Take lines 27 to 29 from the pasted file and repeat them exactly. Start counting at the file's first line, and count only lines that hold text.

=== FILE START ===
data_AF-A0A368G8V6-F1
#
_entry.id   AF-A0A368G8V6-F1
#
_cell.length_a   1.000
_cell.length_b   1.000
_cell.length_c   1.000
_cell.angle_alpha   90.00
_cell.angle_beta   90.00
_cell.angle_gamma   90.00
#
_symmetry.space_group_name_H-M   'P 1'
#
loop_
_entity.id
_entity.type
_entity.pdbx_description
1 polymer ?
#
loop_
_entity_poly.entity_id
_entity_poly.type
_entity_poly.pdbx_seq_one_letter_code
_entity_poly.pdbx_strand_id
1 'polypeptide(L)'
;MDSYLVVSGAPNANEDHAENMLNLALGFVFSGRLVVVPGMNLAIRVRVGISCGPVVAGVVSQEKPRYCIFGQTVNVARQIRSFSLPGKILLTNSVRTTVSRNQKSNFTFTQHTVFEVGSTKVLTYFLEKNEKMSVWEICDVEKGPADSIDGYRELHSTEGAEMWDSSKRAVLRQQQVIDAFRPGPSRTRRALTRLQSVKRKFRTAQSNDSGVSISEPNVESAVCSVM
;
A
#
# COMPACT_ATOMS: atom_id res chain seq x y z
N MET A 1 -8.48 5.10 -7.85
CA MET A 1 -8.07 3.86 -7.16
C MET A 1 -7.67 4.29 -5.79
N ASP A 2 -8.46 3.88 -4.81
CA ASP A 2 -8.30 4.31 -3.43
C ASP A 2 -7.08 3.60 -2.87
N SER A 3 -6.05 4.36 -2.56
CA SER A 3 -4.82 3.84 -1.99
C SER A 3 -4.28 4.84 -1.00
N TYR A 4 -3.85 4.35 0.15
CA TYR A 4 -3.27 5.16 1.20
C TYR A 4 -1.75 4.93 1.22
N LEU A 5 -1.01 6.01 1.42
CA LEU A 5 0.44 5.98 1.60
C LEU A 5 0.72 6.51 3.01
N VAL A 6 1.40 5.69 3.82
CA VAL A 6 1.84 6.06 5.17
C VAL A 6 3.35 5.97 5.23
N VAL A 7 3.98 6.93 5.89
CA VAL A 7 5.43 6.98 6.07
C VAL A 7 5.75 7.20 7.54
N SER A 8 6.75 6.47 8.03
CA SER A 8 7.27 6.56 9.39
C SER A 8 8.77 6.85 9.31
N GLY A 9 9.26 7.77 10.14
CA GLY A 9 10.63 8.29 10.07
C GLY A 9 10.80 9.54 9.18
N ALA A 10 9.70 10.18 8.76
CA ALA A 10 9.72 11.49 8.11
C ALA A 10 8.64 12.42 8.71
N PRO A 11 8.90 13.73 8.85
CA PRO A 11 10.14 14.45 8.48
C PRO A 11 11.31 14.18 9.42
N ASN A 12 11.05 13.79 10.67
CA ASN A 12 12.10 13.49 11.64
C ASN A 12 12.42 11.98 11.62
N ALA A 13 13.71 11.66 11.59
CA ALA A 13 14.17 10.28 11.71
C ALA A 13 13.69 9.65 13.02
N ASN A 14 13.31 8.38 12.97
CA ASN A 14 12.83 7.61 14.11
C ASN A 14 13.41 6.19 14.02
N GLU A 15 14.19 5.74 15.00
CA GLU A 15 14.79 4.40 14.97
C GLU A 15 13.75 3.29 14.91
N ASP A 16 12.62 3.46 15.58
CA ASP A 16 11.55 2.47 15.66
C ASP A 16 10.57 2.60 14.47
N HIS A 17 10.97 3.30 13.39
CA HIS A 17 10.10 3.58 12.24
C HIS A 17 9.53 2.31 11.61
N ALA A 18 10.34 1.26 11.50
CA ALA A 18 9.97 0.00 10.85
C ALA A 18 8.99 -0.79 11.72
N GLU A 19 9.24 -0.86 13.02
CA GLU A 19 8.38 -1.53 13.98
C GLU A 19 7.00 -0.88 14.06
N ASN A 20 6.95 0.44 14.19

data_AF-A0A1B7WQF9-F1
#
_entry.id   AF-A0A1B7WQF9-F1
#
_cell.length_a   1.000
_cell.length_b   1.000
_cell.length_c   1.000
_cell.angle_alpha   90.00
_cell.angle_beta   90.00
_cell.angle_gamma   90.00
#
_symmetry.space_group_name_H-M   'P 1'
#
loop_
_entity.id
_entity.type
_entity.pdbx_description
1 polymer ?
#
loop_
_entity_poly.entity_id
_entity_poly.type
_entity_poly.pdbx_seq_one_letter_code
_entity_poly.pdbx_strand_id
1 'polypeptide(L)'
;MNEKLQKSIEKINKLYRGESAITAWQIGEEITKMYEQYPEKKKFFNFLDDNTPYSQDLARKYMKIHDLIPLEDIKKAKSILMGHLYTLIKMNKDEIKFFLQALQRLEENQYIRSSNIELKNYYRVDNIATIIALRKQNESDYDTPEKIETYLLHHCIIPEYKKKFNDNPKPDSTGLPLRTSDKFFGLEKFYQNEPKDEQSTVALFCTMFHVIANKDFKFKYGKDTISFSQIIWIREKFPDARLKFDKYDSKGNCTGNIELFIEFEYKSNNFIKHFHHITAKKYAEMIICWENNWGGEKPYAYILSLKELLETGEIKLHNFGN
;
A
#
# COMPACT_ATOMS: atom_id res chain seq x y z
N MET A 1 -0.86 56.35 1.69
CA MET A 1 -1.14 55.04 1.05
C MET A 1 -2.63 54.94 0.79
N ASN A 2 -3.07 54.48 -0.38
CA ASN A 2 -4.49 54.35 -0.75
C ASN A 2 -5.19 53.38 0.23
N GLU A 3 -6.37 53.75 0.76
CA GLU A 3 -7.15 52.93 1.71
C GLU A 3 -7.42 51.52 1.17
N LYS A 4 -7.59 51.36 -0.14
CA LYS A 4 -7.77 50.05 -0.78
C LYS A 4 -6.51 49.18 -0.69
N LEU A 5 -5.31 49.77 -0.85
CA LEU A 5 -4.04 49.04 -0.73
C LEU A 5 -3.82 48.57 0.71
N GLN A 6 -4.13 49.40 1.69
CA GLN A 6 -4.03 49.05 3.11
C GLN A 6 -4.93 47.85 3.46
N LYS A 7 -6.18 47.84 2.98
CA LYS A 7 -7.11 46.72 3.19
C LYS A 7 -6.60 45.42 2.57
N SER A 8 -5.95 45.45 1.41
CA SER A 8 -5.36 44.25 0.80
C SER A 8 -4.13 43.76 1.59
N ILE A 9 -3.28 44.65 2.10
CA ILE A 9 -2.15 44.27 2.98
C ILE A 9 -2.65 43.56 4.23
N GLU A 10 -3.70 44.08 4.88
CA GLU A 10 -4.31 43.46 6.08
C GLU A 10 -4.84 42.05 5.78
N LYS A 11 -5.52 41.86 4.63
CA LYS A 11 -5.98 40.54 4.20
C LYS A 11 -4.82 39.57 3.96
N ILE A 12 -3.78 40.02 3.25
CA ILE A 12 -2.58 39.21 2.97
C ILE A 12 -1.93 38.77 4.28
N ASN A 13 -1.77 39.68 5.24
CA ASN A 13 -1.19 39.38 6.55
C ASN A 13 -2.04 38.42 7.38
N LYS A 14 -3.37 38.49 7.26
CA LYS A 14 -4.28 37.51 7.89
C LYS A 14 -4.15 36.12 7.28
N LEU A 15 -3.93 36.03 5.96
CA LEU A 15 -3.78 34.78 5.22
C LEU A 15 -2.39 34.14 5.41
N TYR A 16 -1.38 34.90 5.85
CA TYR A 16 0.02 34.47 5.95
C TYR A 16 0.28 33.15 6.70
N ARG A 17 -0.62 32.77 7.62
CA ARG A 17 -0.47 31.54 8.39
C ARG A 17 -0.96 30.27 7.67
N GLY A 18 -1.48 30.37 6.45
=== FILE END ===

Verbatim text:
;
A
#